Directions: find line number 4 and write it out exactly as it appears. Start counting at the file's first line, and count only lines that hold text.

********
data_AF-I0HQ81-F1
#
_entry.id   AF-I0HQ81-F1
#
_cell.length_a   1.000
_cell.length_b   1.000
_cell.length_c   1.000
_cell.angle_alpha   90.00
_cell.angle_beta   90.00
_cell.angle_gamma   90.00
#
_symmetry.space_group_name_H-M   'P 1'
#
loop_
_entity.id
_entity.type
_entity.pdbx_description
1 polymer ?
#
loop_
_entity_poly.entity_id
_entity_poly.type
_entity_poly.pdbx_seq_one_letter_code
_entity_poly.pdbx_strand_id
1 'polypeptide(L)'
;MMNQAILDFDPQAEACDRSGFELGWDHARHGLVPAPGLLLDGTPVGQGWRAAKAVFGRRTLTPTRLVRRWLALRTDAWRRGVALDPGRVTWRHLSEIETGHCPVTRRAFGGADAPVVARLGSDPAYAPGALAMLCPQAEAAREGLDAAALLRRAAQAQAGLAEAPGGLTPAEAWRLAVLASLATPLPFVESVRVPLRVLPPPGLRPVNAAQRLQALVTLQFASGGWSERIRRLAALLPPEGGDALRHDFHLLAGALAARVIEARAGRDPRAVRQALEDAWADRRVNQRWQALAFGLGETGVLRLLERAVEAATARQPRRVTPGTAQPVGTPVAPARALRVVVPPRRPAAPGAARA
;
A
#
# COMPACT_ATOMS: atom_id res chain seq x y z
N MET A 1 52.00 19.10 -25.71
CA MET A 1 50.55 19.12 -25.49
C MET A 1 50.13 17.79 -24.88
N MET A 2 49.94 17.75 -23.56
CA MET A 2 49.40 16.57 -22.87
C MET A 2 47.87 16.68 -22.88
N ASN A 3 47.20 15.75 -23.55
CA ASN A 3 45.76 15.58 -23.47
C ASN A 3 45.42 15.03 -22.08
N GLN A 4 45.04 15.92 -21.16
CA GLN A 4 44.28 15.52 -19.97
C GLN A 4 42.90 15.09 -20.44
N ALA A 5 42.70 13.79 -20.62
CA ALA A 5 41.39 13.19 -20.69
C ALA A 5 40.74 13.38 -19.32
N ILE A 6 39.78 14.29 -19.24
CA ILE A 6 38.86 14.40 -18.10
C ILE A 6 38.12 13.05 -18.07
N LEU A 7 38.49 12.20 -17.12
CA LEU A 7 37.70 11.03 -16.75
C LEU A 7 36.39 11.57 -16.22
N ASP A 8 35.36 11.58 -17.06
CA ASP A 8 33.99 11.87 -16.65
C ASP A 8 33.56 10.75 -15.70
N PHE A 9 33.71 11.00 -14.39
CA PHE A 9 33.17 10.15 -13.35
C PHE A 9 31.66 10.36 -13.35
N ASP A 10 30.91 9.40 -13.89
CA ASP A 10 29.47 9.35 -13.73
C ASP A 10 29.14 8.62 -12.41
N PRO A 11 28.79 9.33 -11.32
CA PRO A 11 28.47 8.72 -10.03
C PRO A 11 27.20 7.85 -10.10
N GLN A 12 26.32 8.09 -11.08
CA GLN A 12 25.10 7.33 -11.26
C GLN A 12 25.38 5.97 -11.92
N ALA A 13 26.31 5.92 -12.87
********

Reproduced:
#